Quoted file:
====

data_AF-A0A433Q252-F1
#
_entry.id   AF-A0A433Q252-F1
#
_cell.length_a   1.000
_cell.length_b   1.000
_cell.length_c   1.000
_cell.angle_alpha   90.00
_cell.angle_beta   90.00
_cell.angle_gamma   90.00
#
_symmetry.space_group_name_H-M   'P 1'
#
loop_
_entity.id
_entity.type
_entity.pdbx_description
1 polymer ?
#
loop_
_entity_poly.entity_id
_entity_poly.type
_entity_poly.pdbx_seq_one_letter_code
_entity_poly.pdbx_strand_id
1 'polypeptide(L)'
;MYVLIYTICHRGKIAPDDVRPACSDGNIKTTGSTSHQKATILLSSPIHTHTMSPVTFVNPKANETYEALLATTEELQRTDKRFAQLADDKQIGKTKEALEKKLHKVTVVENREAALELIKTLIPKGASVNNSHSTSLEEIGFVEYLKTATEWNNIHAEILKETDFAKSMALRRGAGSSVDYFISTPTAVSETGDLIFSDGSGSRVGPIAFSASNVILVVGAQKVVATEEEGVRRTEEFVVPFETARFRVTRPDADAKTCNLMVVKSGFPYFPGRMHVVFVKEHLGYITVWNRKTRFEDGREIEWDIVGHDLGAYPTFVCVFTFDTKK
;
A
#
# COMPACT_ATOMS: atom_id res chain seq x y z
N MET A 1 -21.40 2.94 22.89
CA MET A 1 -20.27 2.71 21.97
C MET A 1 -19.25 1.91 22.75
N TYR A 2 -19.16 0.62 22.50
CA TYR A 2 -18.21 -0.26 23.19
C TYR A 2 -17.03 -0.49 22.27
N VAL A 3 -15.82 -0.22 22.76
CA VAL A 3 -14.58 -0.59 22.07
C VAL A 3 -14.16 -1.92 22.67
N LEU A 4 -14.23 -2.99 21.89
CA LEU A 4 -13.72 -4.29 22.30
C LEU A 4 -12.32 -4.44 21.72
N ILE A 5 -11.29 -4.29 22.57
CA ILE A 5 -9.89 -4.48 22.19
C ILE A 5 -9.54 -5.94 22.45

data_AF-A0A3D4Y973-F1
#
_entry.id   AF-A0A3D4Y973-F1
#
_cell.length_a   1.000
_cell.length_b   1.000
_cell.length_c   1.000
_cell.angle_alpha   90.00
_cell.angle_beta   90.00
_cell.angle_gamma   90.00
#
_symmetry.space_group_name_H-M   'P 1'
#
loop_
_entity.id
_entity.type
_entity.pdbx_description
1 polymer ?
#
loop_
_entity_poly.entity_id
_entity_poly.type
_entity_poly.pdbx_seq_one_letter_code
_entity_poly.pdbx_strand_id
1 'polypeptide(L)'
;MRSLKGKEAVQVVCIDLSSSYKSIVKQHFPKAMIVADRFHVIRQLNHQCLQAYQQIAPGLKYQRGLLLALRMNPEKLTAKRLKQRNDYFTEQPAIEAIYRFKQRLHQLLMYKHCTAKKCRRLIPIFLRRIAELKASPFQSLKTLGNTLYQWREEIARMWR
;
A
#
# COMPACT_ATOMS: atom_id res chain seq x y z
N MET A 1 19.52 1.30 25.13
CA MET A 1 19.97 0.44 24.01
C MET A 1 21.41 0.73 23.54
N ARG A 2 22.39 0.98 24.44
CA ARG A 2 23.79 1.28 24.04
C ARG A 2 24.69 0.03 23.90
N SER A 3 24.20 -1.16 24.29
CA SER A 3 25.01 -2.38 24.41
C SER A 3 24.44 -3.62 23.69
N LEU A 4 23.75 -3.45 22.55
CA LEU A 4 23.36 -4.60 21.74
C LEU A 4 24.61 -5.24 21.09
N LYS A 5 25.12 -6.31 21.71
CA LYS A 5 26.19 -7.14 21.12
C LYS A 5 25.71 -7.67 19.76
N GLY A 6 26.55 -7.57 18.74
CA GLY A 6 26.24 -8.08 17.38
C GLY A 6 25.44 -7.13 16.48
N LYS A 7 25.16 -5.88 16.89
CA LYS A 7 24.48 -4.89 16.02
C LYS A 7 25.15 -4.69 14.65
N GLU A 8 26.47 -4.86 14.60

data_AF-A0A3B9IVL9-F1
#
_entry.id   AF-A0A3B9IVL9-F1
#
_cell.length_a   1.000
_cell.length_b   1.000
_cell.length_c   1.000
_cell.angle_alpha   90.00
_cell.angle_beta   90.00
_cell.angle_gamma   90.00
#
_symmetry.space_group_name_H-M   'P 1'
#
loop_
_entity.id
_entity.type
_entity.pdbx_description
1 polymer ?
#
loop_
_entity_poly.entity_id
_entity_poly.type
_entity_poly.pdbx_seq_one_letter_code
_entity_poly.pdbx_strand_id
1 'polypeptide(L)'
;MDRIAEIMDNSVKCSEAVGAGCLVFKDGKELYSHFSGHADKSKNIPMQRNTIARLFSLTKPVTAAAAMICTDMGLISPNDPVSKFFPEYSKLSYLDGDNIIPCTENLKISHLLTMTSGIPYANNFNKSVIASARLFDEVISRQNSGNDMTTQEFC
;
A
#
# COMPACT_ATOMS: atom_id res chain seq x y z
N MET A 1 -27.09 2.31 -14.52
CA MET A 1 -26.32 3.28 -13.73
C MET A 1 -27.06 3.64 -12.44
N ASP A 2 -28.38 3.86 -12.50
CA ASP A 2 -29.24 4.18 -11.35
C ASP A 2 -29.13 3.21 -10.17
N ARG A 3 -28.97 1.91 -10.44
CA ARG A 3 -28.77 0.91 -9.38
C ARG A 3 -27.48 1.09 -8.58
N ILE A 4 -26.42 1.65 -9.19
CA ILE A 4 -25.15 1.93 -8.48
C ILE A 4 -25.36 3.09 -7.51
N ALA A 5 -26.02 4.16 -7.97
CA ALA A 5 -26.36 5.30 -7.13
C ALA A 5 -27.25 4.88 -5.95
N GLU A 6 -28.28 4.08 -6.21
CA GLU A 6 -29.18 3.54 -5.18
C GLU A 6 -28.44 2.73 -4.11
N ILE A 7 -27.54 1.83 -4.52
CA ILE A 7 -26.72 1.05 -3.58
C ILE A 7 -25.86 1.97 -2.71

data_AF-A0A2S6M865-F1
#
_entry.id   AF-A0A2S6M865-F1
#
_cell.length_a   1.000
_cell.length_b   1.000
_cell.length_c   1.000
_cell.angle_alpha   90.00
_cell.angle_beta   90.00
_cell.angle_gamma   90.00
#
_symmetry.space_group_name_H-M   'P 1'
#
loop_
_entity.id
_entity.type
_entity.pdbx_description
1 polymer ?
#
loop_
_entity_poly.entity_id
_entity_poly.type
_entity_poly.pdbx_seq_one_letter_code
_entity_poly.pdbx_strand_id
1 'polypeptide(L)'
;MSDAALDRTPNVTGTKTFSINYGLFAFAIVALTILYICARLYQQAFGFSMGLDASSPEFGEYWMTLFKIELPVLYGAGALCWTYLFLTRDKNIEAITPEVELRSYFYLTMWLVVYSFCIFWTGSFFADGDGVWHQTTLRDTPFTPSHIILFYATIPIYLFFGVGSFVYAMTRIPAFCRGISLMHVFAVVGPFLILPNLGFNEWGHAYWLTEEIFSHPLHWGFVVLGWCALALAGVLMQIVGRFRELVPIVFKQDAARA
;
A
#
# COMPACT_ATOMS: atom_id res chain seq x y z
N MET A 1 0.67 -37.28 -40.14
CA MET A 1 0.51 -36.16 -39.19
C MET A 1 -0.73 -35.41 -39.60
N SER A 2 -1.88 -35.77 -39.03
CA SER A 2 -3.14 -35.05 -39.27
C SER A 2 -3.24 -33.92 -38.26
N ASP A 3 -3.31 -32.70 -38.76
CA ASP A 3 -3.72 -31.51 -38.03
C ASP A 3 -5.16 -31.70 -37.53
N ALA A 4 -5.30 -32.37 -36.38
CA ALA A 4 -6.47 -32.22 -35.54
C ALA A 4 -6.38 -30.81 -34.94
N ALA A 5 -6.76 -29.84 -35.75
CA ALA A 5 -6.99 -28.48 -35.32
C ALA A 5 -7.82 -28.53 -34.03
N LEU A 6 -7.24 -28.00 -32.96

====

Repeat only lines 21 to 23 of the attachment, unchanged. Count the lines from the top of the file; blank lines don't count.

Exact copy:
_entity_poly.entity_id
_entity_poly.type
_entity_poly.pdbx_seq_one_letter_code